Not all laryngeal and hypopharyngeal cancers can be prevented, but the risk of developing these cancers can be greatly reduced by avoiding certain risk factors such as smoking and alcohol use.
Tobacco use is the most important cause of these cancers. Avoiding exposure to tobacco (by not smoking and avoiding secondhand smoke) lowers the risk of these cancers. Heavy alcohol use is a risk factor on its own. It also greatly increases the cancer-causing effect of tobacco smoke, so it is especially important to avoid the combination of drinking and smoking.
For people who work with chemicals linked to these cancers, having plenty of workplace ventilation and using industrial respirators are important protective measures.
Poor nutrition and vitamin deficiencies have been linked to laryngeal and hypopharyngeal cancers. Eating a balanced, healthy diet may help lower your risk of these cancers (and many others). The American Cancer Society recommends eating a healthy diet, with an emphasis on plant foods. This includes eating at least 2½ cups of vegetables and fruits every day. Choosing whole-grain breads, pastas, and cereals instead of refined grains, and eating fish, poultry, or beans instead of processed meat and red meat may also help lower your risk of cancer. In general, eating a healthy diet is much better than adding vitamin supplements to an otherwise unhealthy diet. See the American Cancer Society Guidelines on Nutrition and Physical Activity for Cancer Prevention for our full guidelines.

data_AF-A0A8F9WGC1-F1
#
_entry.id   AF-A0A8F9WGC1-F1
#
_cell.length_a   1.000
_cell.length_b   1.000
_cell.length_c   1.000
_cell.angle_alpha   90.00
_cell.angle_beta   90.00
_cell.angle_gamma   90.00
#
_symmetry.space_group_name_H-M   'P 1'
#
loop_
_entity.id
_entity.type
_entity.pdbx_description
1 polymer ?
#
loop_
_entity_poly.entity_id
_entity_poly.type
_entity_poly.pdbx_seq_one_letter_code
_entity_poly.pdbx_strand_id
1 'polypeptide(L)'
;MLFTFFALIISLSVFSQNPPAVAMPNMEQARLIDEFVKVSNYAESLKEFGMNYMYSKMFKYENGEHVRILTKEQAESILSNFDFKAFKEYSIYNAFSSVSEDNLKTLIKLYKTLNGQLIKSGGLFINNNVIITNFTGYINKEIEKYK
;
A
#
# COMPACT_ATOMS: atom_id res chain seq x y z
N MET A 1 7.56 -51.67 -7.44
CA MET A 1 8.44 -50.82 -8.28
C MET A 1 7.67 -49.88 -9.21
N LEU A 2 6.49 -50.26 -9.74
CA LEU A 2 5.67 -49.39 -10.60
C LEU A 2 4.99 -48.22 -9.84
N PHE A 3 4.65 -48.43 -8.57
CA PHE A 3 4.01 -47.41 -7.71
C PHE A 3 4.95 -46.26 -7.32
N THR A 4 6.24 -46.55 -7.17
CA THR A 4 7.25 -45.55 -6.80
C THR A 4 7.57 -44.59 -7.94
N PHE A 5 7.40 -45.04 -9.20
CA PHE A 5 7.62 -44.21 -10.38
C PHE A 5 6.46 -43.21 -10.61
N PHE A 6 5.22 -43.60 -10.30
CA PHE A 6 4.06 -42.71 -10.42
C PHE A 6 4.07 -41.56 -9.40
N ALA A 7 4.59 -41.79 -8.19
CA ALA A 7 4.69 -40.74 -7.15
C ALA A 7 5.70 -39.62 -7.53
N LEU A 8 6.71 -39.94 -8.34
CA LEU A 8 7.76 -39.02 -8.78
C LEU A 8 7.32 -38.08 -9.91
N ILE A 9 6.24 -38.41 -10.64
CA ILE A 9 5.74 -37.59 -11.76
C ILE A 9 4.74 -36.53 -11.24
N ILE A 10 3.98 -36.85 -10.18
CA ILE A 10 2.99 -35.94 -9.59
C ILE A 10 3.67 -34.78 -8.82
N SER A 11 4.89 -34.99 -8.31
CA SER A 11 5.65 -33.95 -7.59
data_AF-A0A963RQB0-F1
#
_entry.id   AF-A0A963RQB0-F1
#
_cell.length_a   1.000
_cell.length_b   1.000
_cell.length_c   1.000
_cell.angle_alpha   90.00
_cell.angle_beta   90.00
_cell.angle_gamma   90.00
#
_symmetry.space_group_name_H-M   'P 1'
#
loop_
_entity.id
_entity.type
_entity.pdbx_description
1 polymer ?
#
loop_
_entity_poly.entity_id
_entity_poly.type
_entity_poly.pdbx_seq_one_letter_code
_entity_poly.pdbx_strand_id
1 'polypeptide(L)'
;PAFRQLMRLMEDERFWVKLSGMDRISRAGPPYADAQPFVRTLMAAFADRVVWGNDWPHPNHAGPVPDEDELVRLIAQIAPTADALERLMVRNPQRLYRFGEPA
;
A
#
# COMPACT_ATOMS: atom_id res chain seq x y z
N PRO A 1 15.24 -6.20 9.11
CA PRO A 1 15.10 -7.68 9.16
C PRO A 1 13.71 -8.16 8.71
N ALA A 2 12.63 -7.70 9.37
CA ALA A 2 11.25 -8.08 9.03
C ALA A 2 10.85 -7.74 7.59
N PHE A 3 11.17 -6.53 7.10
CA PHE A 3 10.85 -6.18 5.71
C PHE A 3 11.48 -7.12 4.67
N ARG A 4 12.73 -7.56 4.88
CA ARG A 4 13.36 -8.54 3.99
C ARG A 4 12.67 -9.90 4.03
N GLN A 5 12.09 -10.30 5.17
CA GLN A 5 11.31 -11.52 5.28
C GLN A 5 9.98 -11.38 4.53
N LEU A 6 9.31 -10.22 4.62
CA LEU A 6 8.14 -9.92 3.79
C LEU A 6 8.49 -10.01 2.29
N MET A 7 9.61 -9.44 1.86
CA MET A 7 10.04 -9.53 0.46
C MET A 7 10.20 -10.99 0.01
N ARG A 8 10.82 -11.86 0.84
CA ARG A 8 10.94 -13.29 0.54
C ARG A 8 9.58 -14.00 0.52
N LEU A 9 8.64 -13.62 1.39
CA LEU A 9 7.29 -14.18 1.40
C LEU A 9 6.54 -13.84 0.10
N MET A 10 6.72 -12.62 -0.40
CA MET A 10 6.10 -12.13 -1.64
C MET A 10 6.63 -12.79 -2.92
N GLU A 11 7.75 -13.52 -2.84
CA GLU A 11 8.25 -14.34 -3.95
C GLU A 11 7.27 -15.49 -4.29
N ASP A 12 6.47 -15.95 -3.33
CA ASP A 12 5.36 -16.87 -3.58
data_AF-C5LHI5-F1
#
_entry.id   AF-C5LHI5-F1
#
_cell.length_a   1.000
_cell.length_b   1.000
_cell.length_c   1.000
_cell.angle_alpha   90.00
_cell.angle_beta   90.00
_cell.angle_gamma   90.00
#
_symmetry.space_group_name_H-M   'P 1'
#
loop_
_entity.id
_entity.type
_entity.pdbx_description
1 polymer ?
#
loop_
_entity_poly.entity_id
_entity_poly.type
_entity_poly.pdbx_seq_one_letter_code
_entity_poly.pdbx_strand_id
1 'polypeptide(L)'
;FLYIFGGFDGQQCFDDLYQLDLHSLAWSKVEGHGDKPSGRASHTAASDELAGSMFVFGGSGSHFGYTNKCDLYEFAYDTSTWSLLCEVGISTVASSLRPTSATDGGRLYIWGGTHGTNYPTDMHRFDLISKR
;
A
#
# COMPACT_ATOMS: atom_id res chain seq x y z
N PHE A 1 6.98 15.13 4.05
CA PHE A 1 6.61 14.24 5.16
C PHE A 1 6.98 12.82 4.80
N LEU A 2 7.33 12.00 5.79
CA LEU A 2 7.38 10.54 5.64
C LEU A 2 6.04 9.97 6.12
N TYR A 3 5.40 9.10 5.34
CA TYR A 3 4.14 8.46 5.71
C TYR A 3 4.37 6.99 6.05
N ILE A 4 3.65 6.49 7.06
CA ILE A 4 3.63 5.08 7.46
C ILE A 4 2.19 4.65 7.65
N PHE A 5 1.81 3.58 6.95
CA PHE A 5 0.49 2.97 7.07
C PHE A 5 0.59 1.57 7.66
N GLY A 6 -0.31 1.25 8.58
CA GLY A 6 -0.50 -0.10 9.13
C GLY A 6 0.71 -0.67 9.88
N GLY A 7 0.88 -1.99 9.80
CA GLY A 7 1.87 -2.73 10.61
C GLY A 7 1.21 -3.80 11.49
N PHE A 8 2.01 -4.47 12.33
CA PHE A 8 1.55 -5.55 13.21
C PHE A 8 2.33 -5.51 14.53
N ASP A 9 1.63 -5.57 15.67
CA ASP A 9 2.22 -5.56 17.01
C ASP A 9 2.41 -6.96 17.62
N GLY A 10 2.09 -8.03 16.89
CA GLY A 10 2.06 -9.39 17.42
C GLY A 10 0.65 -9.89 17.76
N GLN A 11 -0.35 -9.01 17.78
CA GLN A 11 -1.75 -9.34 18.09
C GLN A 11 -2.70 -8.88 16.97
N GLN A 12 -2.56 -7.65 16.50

Doctors are now studying whether certain drugs or vitamins might help prevent these cancers, especially in people who are at high risk. So far, none have been successful enough to be recommended.
Avoid HPV infection
The risk of HPV infection of the throat is increased in those who have oral sex and multiple sex partners. Smokers are more susceptible to HPV infections, probably because the smoke damages their immune system or the cells that line the throat. These infections are common and rarely cause symptoms. Although HPV infection is linked to some cases of cancer of the larynx or hypopharynx, most people with HPV infections of the throat do not go on to develop this cancer. In addition, most cancers of the larynx and hypopharynx are not related to HPV infection.
In recent years, vaccines that reduce the risk of infection with certain types of HPV have become available. These vaccines were originally meant to lower the risk of cervical cancer, but they have been shown to lower the risk of other cancers linked to HPV as well, such as cancers of the anus, vulva, and vagina. HPV vaccination may also lower the risk of throat cancers, but this has not yet been proven.
Since these vaccines are only effective if given before someone is infected with HPV, they are given at an early age, before a person is likely to become sexually active.
Get more information in HPV Vaccines.
Last Revised: 02/17/2016